BETHESDACombination chemotherapy as an adjuvant treatment for
breast cancer yields long-term survival benefits and should be
offered to patients, even those whose tumors have not spread beyond
the breast, according to a consensus panel convened by the National
Institutes of Health. The panel also recommended hormone therapy for
women whose tumors have hormone receptors, and radiation therapy for
women who have had a mastectomy and are at high risk of recurrence.
Women with breast cancer face a growing list of effective options for
adjuvant treatment, due to the successful completion of several
large, randomized clinical trials, said panel chair Patricia Eifel,
MD, of M.D. Anderson Cancer Center.
Since the previous NIH Consensus Development Conference on this
topic, held in 1990, more compelling evidence has amassed on the
long-term advantage of chemotherapy and the advantages of tamoxifen
(Nolvadex) for cancers with estrogen receptors. The duration of
the advantage is maintained for 15 years, Dr. Eifel said.
NIH Consensus Development Conferences utilize an independent,
non-Federal panel to weigh the scientific evidence and establish a
consensus. This conference addressed only operable, invasive breast
cancer. It did not cover metastatic disease or ductal carcinoma in
situ (DCIS). It also focused exclusively on adjuvant treatments.
Very few new prognostic or predictive factors for breast cancer have
been validated in the last 10 years. The accepted factors used for
selecting adjuvant therapy for breast cancer, the panel said, are
age, tumor size, axillary node status, histology, standardized
pathologic grade, and hormone-receptor status.
Overexpression of HER-2, p53 status, histologic evidence of vascular
invasion, and quantitative parameters of angiogenesis have exciting
potential, the panel stated, but their role in patient management is
not yet established. Also, the panel said, the clinical significance
of sentinel lymph node biopsy and of sensitive assays for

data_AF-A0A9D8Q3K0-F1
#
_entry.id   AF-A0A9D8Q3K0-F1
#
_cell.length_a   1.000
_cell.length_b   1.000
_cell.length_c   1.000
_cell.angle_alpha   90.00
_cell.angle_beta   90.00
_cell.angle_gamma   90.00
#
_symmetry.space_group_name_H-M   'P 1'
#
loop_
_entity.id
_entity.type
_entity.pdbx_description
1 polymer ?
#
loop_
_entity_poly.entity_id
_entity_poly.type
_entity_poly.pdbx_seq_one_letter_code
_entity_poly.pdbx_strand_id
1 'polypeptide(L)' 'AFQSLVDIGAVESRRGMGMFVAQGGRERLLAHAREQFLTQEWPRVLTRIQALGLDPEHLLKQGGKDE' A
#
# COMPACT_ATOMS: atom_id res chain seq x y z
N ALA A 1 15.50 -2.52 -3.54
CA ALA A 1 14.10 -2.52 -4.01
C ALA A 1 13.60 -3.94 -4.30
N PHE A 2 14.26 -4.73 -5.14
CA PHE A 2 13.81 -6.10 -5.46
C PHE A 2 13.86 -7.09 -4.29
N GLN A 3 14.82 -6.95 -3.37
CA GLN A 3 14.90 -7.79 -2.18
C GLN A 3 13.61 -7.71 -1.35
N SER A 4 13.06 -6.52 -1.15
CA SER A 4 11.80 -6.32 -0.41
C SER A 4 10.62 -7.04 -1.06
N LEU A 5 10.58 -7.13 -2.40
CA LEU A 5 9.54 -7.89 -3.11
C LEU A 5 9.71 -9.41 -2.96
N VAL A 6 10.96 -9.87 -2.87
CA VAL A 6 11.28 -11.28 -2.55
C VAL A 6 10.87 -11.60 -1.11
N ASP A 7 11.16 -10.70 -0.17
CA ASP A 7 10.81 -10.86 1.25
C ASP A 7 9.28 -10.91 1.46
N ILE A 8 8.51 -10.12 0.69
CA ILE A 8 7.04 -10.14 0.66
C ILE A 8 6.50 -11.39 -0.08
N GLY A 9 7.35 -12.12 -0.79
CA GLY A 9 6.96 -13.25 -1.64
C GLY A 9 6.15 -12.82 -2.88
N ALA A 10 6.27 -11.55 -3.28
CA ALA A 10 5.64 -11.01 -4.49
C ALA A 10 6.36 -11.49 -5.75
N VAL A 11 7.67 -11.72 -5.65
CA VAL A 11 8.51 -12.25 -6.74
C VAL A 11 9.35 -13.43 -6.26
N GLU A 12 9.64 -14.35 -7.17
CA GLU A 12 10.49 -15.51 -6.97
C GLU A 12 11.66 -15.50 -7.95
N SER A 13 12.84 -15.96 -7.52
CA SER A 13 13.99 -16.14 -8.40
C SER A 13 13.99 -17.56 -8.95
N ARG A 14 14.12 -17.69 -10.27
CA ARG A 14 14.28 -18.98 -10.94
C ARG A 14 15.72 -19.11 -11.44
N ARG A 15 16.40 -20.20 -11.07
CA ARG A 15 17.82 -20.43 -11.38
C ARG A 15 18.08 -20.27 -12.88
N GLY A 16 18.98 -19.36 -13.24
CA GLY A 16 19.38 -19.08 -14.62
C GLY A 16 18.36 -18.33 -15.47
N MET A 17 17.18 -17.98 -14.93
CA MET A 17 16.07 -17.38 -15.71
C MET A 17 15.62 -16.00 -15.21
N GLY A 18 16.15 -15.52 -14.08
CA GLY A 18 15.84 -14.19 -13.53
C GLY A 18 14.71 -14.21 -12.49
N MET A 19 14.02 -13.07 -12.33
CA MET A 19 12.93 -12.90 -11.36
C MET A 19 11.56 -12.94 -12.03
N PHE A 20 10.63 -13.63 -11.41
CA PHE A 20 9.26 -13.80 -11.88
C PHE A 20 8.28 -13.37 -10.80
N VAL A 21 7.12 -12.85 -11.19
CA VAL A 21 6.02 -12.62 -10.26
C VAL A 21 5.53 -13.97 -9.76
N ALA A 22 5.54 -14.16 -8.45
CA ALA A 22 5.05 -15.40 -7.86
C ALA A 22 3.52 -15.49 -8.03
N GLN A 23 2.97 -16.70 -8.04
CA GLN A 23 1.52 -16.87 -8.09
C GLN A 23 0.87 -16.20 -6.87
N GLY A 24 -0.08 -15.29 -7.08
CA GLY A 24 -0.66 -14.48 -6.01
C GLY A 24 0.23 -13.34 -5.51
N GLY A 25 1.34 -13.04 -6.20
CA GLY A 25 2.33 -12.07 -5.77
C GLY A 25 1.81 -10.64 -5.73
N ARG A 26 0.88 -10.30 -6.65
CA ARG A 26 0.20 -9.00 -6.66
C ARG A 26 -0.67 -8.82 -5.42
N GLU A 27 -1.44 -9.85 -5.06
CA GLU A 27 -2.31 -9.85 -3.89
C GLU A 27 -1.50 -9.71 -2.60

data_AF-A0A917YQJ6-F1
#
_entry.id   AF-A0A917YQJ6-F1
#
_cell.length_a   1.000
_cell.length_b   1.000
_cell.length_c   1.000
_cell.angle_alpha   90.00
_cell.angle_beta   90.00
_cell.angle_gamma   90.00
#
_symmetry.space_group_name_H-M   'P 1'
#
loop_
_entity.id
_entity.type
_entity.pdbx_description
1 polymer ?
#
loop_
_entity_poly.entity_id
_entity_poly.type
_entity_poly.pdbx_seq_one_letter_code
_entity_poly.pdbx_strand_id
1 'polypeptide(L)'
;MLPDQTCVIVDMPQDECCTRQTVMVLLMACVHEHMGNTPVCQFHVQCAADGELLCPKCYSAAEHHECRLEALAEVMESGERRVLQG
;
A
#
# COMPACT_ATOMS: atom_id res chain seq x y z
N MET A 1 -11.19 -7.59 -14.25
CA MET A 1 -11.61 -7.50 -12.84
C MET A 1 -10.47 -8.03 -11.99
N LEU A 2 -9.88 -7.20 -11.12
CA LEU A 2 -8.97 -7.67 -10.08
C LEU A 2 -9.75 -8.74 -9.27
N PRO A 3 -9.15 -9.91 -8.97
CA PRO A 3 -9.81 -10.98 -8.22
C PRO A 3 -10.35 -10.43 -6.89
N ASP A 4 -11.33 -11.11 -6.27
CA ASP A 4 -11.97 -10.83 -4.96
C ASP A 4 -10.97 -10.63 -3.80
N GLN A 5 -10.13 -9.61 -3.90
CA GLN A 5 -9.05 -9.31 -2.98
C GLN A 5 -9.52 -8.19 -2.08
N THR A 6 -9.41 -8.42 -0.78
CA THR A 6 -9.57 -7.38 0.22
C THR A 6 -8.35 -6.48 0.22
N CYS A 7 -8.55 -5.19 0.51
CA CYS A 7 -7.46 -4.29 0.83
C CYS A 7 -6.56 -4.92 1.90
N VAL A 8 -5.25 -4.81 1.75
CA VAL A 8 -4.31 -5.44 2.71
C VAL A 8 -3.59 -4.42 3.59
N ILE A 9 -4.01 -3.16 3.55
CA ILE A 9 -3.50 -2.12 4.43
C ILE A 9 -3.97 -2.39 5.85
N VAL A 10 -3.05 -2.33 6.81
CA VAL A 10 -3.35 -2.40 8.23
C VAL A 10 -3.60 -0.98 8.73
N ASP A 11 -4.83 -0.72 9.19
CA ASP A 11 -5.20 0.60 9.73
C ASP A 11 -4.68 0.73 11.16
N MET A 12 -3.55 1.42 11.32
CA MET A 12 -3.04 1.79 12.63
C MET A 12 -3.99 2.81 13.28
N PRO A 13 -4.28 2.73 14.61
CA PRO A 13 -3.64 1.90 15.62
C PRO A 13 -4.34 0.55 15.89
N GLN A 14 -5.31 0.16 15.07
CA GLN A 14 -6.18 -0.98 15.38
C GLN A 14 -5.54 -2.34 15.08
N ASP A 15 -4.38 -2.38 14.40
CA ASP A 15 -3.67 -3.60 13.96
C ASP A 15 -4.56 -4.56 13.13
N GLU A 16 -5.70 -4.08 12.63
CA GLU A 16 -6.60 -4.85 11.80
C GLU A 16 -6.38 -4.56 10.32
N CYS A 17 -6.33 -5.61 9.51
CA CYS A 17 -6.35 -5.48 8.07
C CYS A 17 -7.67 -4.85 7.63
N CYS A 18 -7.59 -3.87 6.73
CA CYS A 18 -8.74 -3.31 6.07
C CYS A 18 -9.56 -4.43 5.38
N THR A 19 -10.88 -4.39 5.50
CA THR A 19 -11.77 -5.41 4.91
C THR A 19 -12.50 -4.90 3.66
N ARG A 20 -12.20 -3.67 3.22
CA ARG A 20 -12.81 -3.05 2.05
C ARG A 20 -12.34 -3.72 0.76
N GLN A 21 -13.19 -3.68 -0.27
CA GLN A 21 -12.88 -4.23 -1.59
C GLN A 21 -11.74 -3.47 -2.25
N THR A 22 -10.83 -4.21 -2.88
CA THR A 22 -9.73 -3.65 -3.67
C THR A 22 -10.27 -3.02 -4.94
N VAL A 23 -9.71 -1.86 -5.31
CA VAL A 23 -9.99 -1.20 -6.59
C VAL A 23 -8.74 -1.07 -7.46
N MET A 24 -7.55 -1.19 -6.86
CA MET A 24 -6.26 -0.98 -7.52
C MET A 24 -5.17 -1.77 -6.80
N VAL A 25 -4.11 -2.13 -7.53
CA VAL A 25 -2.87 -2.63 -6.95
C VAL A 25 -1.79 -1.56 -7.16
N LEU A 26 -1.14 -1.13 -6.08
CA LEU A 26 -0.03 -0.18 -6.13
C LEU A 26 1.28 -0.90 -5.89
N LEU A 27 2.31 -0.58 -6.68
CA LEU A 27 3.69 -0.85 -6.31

micrometastatic disease in nodes or bone marrow remain uncertain.
Adjuvant chemotherapy, with two or more agents, substantially
improves long-term relapse-free and overall survival, and should be
recommended to the majority of women with localized breast cancer,
regardless of nodal, menopausal, or hormone-receptor status, the
panel said. Four to six courses appears optimal.
Anthracyclines, such as doxorubicin and epirubicin (Ellence), added
to adjuvant chemotherapy regimens result in a small but significant
improvement in survival, compared with non-anthracycline-containing
regimens. The risk of excessive cardiotoxicity with anthracycline use
appears to be limited to women who have significant preexisting heart
The panel stated that all women whose tumors are hormone-receptor
positive should receive 5 years of tamoxifen, regardless of their
age, menopausal status, tumor size, or nodal status. Tamoxifen
therapy has led to substantial reductions in tumor recurrence, second
primary breast cancers, and death.
If a womans hormone-receptor status is unknown, she should be
considered receptor positive and offered tamoxifen. HER-2 status
should not influence the decision to recommend hormone therapy.
Women who have undergone mastectomy and who have four or more
cancerous lymph nodes or an advanced primary tumor would benefit from
Panel member Carolyn B. Hendricks, MD, a medical oncologist at
Suburban Specialty Care Physicians, Bethesda, said that
postmastectomy radiation is one area where the panels
conclusions should change current practice.
The panel also recommended ovarian ablation for premenopausal
patients who are hormone-receptor positive. Although it is not
frequently used in the United States, ovarian ablation through
surgery, radiation to the ovaries, or temporary chemical suppression